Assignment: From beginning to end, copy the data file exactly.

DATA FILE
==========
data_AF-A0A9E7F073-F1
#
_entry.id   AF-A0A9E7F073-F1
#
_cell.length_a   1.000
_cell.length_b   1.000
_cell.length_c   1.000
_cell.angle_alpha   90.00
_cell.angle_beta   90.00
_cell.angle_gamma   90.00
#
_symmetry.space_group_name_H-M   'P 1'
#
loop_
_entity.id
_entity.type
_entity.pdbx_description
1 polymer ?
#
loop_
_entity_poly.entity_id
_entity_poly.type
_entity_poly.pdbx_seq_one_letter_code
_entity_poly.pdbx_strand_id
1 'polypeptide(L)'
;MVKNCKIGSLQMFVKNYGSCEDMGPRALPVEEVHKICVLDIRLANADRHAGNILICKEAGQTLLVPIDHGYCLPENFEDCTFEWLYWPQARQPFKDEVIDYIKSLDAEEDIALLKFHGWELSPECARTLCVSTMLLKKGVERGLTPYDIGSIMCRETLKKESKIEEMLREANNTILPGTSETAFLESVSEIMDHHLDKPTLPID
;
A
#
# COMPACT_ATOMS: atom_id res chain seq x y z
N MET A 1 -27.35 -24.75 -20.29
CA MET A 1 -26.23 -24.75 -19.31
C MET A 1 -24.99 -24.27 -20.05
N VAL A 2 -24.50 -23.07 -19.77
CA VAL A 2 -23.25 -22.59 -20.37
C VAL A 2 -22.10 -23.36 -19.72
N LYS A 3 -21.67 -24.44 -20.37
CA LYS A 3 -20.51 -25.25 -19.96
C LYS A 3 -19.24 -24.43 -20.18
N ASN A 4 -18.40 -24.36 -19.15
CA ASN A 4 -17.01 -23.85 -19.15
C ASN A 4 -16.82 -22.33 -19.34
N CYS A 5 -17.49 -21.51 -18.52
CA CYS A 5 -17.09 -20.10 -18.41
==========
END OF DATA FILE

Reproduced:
data_AF-A0A9E7F073-F1
#
_entry.id   AF-A0A9E7F073-F1
#
_cell.length_a   1.000
_cell.length_b   1.000
_cell.length_c   1.000
_cell.angle_alpha   90.00
_cell.angle_beta   90.00
_cell.angle_gamma   90.00
#
_symmetry.space_group_name_H-M   'P 1'
#
loop_
_entity.id
_entity.type
_entity.pdbx_description
1 polymer ?
#
loop_
_entity_poly.entity_id
_entity_poly.type
_entity_poly.pdbx_seq_one_letter_code
_entity_poly.pdbx_strand_id
1 'polypeptide(L)'
;MVKNCKIGSLQMFVKNYGSCEDMGPRALPVEEVHKICVLDIRLANADRHAGNILICKEAGQTLLVPIDHGYCLPENFEDCTFEWLYWPQARQPFKDEVIDYIKSLDAEEDIALLKFHGWELSPECARTLCVSTMLLKKGVERGLTPYDIGSIMCRETLKKESKIEEMLREANNTILPGTSETAFLESVSEIMDHHLDKPTLPID
;
A
#
# COMPACT_ATOMS: atom_id res chain seq x y z
N MET A 1 -27.35 -24.75 -20.29
CA MET A 1 -26.23 -24.75 -19.31
C MET A 1 -24.99 -24.27 -20.05
N VAL A 2 -24.50 -23.07 -19.77
CA VAL A 2 -23.25 -22.59 -20.37
C VAL A 2 -22.10 -23.36 -19.72
N LYS A 3 -21.67 -24.44 -20.37
CA LYS A 3 -20.51 -25.25 -19.96
C LYS A 3 -19.24 -24.43 -20.18
N ASN A 4 -18.40 -24.36 -19.15
CA ASN A 4 -17.01 -23.85 -19.15
C ASN A 4 -16.82 -22.33 -19.34
N CYS A 5 -17.49 -21.51 -18.52
CA CYS A 5 -17.09 -20.10 -18.41